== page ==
“They want to reduce it from seven to six percent,” he explained. “I just think we’ve got to get rid of it. If you look at what President Trump’s tax plan has done for the national economy – three, four percent GDP growth, that shows you what effective tax policy can do in a relatively quick time.”
“I have absolutely not written off Connecticut, but we need to start with getting more money in the pockets of these taxpayers,” he asserted.
Obsitnik, however, has a different approach.
“As much as I love the idea of getting rid of the state income tax, it is 50 percent of our revenues and there are people out there who like paying income tax,” he told Breitbart News. “There will be resistance by our legislature on that. But, I believe in turning around a state you need a big vision to get everyone focused on the highest mountain top to go together. My focus is five steps to build 300,000 jobs over the next eight years.”
“The next governor has to do two things: walk and chew gum at the same time,” he said. “The walking is addressing the fiscal mess we have here in our state, but the chewing gum is how do we inspire people to stay here and build an economy here.”
As part of his plan, Obsitnik proposes targeting tax reforms of about $400 million on seniors to keep them in Connecticut rather than lose them to income tax-free states.
“Then, get rid of the estate tax and gift tax, no tax on pensions and social security,” he added. “People who make $100,000 or less, cut their marginal tax rates from 5.5 to 4 percent. And, third, phase out the corporate business tax over three years. So, I want to hug seniors, working people, and retirees and say, ‘You can stay in Connecticut.’”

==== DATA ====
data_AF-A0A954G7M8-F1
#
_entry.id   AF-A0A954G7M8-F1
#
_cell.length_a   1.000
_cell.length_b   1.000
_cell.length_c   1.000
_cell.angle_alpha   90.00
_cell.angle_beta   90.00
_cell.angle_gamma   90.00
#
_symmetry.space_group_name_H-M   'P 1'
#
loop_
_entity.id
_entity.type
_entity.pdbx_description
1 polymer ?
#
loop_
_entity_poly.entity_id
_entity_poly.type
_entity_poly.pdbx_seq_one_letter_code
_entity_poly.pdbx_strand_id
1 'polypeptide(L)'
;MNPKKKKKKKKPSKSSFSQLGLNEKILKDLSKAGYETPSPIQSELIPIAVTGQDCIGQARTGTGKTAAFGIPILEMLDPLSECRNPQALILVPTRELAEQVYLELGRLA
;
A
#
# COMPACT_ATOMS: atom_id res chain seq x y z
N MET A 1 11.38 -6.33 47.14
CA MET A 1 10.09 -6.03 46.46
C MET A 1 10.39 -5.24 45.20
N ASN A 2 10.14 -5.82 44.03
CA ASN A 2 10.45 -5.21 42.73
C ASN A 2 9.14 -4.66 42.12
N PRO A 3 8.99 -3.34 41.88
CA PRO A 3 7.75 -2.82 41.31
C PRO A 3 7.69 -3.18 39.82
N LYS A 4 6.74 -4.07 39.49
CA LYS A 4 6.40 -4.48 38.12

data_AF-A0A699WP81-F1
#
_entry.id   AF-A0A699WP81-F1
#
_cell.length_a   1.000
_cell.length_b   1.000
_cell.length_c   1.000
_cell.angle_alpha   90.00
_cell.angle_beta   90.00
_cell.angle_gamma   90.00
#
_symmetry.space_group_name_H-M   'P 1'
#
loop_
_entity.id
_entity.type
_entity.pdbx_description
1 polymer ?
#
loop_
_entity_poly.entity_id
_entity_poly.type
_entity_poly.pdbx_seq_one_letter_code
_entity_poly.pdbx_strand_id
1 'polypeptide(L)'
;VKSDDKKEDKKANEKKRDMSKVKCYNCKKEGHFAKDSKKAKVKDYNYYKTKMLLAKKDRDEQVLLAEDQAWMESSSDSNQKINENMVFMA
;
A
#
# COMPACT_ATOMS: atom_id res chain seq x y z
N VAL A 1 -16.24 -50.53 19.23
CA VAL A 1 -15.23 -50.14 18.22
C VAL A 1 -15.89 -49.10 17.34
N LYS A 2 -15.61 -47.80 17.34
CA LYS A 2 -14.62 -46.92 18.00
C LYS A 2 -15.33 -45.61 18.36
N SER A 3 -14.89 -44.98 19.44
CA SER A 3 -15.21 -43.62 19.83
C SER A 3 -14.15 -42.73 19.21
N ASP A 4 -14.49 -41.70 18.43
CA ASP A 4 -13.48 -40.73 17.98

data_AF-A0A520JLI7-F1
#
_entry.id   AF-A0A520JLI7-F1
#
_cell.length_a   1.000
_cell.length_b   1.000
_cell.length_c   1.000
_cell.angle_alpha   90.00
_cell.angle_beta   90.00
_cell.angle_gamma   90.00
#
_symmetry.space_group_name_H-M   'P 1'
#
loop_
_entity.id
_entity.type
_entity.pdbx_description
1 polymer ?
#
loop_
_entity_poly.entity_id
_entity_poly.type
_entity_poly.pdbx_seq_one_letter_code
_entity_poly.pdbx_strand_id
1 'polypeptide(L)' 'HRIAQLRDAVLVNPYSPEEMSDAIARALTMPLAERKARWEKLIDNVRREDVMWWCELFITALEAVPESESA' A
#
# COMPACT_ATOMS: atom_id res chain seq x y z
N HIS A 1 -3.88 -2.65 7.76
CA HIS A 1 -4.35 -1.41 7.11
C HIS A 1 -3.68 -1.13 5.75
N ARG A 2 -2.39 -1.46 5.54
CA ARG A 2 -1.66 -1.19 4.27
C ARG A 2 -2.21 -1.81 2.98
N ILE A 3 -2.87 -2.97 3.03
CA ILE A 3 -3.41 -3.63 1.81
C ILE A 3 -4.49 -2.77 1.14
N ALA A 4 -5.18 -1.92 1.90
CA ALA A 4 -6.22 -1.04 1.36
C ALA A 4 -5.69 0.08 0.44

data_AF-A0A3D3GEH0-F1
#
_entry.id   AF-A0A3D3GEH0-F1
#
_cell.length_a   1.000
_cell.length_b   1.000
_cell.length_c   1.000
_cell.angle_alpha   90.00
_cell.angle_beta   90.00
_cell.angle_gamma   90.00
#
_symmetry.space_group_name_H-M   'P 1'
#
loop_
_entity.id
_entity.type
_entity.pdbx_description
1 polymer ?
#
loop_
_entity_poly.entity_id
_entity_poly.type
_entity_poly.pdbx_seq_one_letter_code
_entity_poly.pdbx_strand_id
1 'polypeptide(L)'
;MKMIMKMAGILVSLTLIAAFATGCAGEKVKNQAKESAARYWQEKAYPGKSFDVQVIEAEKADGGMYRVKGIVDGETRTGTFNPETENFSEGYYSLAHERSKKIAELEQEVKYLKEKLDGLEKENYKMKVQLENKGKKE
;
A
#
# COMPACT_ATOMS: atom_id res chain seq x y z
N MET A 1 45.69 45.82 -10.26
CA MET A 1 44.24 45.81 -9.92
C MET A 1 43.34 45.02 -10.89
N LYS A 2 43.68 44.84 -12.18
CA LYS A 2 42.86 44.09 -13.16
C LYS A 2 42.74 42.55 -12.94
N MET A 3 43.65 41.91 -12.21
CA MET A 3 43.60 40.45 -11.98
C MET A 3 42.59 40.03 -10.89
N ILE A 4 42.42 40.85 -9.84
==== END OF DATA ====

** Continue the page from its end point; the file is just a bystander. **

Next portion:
Stemerman observed that his plan takes into consideration the Supreme Court’s ruling in Janus, which prohibits unions from compelling agency fees from nonmembers.
“We’re going to strengthen our conflict of interest rules, so that no legislator – including the speaker of the state House, a full-time, paid employee of the union – is able to vote on legislation,” he said. “We’re going to bar collective bargaining for our benefits.”
“The other key thing we’re going to do is – our state has very stringent rules and campaign finance laws restricting state contractors’ financial contributions and political activity,” Stemerman continued. “And that’s because they can influence the governor and legislators that are directly affecting their finances. That is true of state employee unions as well, and we’re going to be making a major proposal that they should be subject to the same conflict of interest rules as our state contractors.”
One of the five GOP candidates will likely run in the general election against lead Democratic candidate Ned Lamont, who is running for governor for the second time. Lamont’s rival in the primary is Bridgeport mayor Joe Ganim, a Democrat who spent seven years in federal prison for political-corruption crimes, including racketeering and extortion.
The campaign of GOP candidate and Danbury mayor Mark Boughton was not immediately available for interview.